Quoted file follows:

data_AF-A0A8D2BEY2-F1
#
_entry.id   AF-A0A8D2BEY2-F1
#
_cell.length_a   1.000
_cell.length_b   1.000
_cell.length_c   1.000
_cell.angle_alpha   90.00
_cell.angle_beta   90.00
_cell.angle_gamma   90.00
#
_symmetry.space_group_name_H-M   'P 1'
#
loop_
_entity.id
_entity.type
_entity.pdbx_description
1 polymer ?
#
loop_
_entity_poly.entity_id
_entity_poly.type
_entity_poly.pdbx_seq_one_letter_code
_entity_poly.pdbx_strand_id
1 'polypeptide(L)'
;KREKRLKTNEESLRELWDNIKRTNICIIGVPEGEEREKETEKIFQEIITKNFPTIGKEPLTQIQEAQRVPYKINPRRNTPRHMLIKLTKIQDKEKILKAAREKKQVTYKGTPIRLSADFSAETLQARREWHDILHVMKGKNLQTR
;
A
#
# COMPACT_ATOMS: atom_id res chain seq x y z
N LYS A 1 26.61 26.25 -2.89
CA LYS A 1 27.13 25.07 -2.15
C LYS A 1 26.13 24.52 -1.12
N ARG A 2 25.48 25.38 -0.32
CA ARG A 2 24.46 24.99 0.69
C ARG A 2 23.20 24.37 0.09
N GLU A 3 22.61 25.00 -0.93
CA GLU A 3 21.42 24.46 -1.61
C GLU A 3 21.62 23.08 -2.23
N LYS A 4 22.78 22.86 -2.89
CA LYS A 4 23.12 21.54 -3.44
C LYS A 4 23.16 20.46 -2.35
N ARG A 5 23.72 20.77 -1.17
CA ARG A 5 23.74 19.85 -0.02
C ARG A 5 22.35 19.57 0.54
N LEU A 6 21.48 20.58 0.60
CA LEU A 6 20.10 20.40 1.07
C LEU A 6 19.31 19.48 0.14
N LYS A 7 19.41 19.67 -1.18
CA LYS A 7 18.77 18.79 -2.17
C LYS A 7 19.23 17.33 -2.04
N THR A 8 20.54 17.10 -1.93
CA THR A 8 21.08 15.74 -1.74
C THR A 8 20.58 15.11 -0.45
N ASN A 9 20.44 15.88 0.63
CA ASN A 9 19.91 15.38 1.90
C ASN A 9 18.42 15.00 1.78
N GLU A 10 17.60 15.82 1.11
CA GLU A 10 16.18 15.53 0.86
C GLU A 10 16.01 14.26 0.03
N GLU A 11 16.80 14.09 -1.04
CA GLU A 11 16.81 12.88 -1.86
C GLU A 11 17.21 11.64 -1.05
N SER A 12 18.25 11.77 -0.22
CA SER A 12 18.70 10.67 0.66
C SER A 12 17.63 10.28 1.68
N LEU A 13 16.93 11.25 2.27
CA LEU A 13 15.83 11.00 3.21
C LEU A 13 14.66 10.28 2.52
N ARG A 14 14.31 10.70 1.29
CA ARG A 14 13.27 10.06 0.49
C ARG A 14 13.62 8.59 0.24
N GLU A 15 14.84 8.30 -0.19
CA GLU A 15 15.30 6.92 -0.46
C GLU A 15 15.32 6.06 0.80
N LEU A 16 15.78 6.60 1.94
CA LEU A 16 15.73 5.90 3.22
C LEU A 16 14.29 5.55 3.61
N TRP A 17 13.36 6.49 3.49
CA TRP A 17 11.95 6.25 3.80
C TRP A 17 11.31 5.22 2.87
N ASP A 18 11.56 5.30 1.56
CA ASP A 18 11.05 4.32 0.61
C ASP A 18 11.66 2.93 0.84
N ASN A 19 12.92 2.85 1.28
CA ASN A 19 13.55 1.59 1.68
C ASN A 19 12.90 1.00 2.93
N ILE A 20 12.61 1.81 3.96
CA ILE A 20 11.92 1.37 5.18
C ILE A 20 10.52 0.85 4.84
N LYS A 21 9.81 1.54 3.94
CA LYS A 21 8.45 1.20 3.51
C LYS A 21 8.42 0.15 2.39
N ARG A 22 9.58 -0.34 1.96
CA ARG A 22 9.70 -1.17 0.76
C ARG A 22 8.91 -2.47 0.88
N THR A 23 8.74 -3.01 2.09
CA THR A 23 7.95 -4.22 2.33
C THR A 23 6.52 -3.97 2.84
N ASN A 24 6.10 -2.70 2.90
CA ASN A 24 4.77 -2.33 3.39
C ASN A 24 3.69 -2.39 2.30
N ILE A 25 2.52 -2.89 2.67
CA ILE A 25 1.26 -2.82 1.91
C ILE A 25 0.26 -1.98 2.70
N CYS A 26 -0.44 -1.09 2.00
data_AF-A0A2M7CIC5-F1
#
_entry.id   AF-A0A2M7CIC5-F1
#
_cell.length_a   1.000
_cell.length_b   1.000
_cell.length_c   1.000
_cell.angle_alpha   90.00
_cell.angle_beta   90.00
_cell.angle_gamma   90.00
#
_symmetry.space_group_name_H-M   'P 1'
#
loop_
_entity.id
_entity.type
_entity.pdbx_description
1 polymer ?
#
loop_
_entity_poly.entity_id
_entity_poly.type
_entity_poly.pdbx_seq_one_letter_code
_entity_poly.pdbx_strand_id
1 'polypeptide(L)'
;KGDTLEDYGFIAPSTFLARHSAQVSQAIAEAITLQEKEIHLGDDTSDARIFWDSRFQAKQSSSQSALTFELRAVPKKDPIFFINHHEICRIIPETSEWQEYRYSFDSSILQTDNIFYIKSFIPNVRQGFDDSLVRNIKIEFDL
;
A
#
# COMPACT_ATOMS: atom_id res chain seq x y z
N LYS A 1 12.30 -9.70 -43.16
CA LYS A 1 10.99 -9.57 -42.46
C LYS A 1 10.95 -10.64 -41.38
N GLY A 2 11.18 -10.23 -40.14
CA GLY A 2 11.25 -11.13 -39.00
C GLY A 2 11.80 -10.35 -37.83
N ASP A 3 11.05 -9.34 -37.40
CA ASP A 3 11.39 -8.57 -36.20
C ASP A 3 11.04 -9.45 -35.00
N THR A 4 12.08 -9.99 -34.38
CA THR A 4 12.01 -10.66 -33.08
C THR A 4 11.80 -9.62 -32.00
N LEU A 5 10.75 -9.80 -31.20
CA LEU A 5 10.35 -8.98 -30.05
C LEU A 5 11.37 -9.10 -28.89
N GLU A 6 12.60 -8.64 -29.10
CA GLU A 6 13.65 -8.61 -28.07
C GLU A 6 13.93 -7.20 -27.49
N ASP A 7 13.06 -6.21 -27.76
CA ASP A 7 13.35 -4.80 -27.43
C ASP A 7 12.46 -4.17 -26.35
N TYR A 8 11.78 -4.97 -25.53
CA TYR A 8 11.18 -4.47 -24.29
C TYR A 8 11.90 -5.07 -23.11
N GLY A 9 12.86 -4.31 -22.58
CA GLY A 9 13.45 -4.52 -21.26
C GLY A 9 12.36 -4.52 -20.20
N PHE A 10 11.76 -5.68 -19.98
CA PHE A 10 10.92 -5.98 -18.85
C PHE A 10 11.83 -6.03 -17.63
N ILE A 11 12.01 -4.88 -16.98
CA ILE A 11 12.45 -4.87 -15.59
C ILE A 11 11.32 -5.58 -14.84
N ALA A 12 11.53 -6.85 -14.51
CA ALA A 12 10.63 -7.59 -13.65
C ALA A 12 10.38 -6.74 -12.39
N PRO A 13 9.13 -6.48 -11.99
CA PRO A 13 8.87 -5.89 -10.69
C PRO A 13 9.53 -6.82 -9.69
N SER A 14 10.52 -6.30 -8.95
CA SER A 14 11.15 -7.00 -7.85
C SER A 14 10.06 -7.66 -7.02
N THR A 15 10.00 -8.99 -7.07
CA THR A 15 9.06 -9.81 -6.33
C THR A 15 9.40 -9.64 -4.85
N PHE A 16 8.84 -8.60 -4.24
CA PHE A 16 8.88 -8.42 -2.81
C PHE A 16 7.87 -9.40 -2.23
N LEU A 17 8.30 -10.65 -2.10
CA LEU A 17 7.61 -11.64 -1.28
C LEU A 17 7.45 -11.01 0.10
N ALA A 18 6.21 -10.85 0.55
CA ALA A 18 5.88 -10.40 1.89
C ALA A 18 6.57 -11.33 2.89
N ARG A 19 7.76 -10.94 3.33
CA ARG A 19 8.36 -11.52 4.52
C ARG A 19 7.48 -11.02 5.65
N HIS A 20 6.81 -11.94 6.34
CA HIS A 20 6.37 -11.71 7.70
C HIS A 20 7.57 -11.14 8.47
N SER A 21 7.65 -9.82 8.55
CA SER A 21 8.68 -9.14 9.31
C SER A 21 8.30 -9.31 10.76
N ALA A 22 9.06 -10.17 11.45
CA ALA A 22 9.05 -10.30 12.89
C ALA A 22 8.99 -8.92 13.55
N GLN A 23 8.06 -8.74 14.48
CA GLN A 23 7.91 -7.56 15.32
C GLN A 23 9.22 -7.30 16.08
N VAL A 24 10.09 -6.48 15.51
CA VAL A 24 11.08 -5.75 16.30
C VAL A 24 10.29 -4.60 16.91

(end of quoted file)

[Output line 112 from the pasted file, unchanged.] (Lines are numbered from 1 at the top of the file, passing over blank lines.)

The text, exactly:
_cell.length_b   1.000